As a part of Wyoming Department of Health (WDH) efforts to support Wyoming hospital capacity, the department has been in contact on an ongoing basis with Wyoming hospitals to discuss hospital capacity and surge plans. "Consistently we have been informed by hospitals that availability of medical personnel, specifically nurses, is their largest concern," said Dirk Dijkstal, Health Readiness and Response Section chief with WDH.
These efforts were successful with the coordination of the Wyoming Department of Health, Wyoming Office of Homeland Security, Wyoming National Guard, Health and Human Services
Wyoming Game & Fish news (posted 11/19/2020)
Antler sheds, looking at trapper education and regulation modifications, long-term elk feedground management
Wyoming Game & Fish
The Wyoming Game and Fish Commission convened virtually this week to decide on important issues impacting Wyoming’s wildlife.
The Commission took initial steps toward revising Wyoming’s trapping rules. To help inform decision-making, the Commission asked the Wyoming Game and Fish Department to gather information on the public's views on trapping and develop recommendations for rule changes. The Department embarked on a public collaborative process with trappers, recreationalists, pet owners and conservation groups and presented that feedback at the meeting.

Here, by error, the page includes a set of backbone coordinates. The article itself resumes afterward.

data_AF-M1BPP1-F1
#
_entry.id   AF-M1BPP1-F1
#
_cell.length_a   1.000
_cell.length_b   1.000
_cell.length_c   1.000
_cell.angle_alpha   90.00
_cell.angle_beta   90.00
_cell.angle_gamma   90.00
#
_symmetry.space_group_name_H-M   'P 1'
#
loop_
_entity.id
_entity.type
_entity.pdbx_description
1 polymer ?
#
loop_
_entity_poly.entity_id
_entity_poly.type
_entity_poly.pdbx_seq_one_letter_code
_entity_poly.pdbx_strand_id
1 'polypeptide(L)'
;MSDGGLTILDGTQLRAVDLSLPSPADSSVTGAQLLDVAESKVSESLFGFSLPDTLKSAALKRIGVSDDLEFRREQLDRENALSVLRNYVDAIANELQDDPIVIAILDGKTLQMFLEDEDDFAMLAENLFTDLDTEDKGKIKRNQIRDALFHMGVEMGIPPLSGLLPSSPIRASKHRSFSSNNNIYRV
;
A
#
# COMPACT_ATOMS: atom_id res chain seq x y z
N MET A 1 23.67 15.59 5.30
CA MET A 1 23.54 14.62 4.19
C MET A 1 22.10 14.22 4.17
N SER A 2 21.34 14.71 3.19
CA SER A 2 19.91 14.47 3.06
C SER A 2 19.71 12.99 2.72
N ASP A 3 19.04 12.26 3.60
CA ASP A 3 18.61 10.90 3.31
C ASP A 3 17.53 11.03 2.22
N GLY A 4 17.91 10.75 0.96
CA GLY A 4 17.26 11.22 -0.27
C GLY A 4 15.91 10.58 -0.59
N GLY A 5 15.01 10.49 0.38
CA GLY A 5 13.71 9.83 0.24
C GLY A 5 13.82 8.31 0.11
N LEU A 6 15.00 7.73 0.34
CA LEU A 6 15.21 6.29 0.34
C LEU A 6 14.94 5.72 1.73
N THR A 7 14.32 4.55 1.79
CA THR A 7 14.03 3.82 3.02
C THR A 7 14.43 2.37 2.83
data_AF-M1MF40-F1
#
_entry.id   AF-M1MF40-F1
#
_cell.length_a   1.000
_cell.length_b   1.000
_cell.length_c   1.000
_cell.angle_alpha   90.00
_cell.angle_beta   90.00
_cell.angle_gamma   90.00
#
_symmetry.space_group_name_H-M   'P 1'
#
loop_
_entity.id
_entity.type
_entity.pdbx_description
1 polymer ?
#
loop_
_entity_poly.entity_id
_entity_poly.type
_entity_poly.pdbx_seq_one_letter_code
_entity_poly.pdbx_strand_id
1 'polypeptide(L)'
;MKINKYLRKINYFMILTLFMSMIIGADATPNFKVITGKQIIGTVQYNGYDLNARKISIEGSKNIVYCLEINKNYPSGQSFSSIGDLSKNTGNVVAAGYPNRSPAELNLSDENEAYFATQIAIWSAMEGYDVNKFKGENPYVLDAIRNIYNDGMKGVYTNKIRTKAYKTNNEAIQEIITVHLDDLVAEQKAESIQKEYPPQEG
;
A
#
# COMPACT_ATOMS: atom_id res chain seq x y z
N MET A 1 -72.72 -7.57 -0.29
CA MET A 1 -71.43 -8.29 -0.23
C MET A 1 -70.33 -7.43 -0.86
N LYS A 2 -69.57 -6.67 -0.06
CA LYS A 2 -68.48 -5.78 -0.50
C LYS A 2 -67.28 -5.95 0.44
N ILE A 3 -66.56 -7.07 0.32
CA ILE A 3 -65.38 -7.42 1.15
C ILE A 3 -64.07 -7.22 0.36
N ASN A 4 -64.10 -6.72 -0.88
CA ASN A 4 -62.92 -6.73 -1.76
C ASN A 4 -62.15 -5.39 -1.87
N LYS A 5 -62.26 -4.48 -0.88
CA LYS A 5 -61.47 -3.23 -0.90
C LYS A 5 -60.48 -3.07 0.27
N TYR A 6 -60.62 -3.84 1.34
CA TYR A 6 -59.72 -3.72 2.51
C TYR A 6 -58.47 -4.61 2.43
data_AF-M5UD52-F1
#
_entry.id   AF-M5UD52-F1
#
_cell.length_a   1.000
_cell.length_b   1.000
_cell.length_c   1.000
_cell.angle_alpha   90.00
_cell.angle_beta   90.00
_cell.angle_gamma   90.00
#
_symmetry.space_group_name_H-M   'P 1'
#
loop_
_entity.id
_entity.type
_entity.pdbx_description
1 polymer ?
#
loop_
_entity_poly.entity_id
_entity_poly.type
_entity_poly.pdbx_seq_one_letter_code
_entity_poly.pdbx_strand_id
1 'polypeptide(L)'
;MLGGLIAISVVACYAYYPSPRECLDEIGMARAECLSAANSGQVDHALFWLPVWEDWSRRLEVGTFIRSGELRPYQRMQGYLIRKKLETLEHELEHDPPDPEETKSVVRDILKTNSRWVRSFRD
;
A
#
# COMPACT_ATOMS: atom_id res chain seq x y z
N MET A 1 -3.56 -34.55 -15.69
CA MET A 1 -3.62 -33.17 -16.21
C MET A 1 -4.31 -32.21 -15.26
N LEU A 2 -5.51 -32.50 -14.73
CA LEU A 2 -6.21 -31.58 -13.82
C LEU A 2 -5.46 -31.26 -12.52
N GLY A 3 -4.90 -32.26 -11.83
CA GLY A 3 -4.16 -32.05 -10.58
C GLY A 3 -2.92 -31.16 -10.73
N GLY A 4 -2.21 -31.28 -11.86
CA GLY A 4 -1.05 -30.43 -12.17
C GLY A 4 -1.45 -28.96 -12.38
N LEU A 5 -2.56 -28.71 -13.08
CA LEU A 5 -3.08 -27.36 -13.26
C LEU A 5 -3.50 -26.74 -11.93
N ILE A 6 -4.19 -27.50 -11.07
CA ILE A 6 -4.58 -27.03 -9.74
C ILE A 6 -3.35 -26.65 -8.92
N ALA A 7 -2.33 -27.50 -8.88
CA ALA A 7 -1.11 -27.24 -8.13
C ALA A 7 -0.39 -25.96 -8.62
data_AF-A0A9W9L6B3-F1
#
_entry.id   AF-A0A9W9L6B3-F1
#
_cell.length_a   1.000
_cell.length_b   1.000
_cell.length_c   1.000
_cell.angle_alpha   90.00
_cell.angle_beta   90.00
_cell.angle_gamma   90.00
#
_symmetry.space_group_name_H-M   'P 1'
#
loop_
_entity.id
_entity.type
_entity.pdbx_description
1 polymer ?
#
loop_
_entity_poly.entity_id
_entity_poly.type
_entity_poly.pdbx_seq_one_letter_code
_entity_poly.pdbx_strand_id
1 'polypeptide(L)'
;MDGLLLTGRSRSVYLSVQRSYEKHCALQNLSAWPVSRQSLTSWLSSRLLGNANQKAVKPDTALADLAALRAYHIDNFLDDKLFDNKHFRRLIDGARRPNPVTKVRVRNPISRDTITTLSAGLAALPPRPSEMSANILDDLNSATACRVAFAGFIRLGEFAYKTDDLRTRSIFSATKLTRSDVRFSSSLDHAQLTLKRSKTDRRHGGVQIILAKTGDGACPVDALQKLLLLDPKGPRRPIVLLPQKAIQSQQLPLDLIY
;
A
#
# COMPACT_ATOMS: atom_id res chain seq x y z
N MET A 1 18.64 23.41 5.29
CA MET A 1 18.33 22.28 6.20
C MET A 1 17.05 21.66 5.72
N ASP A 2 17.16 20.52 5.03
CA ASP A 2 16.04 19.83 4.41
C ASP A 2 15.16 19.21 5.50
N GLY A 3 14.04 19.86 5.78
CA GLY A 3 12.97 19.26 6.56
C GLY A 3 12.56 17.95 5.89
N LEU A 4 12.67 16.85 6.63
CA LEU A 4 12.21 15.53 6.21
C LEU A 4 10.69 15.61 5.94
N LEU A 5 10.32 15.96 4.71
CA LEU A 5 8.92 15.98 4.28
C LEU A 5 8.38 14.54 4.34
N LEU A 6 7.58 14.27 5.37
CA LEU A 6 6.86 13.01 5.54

The Commission asked the Department to approach the Wyoming Legislature for statutory authority for the Commission, on a case by case basis, to require trapping setbacks around high-use public land areas in Wyoming as well as authority for the Commission to develop regulations requiring mandatory trapper education. The Commission also directed the Department to draft two regulations for review, one which would restrict trapping where Game and Fish releases pheasants during hunting season; the other would limit the use of large power snares. Those two regulations would be available for public comment prior to being presented to the Commission for approval.